Tuesday, June 10, 2008

Advanced Maternal Age

My OB told me an interesting story during one of my routine pregnancy checks:

When she was starting her residency, one of the first lectures the residents got was about how fertility declines sharply after age 30. She said it was kind of scary the way it was presented. And sure enough, a few months later, all the female residents in program were pregnant. (Lesson: Don't talk to your female residents about declining fertility!)

I had a baby at age 27, which is above the mean age for a first baby in this country (25, I think), but well below the mean age for a first baby amongst my colleagues. Of the fifty or so women I went to med school with, I know of only FIVE who have had kids, even though the very youngest of us are almost thirty. I remember on my Labor and Delivery rotation in med school, all the girls in my class used to joke about how when they were up on the L&D board someday, there'd by an "AMA" note by their name. (AMA = Advanced Maternal Age)

When I first started my residency, I felt like a pregnant teenager. I was the youngest of all the residents (the oldest of the bunch being close to forty) yet I was the only one who was even close to being a parent. Of course, most of them were single guys, who talked about barhopping at lunch while I was feeling the baby kick.

I can certainly understand why female physicians wait so long to have kids. Residency is really hard as is and it seems like you've got to be out of your freaking mind to get pregnant during that time. But I saw my mother struggle unsuccessfully with infertility in her late thirties, so for me, waiting wasn't something I felt comfortable doing.

In less than a month, a new crop of residents will be graduating. I see a lot of the female graduating residents have little baby bulges and I admit I feel a little jealous that they managed to somehow stave off the baby fever through residency... and now they get the luxury of working a cushy part time job while taking care of their baby (or so I'd imagine in my jealous little fantasy). I wish I could do that, instead of doing my double baby/hospital calls.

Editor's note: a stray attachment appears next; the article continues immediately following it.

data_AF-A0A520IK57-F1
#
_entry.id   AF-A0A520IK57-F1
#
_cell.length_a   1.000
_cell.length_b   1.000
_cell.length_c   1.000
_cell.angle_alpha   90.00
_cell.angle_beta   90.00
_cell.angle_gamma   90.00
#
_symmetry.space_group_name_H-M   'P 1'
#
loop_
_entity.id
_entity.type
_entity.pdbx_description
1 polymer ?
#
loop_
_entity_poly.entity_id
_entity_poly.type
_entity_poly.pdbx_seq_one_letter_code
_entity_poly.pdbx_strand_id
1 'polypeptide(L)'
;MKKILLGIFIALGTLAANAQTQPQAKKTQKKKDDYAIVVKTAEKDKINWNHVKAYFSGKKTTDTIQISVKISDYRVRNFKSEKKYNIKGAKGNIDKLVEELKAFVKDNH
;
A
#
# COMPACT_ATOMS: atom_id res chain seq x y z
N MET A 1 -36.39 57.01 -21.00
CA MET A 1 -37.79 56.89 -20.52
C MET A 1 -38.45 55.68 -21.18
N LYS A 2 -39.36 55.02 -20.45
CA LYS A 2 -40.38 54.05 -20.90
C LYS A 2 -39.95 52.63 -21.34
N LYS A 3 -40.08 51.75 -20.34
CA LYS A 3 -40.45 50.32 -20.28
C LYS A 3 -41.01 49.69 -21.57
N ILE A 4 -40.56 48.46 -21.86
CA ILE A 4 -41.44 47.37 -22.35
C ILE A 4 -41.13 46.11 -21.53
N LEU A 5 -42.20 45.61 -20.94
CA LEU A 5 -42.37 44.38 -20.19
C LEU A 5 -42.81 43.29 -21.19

But I'm happy with my choice too.

3 comments:

  1. I remember that lecture in medical school, the one about fertility and chromosomal abnormalities. It scared the crap out of me, as I think it did for many of the women in my class.

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  2. I served on a panel for female medical students. One of them asked us how our residencies treated issues of maternity.

    I (who had my son during my 3rd year of FM residency) sang the praises of my program. An orthopedic surgeon reported that at her interview for residency, she was asked what form of contraception she used.

    Moral of the story: Women have a long way to go in some specialties.

    I'm glad for my experience and pray for more positive reception for families in all specialties.

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  3. Wow. I almost wish I had a kidlet so that I could post on this blog with all the other amazing mom docs.

    Maybe in a few years...

    ReplyDelete

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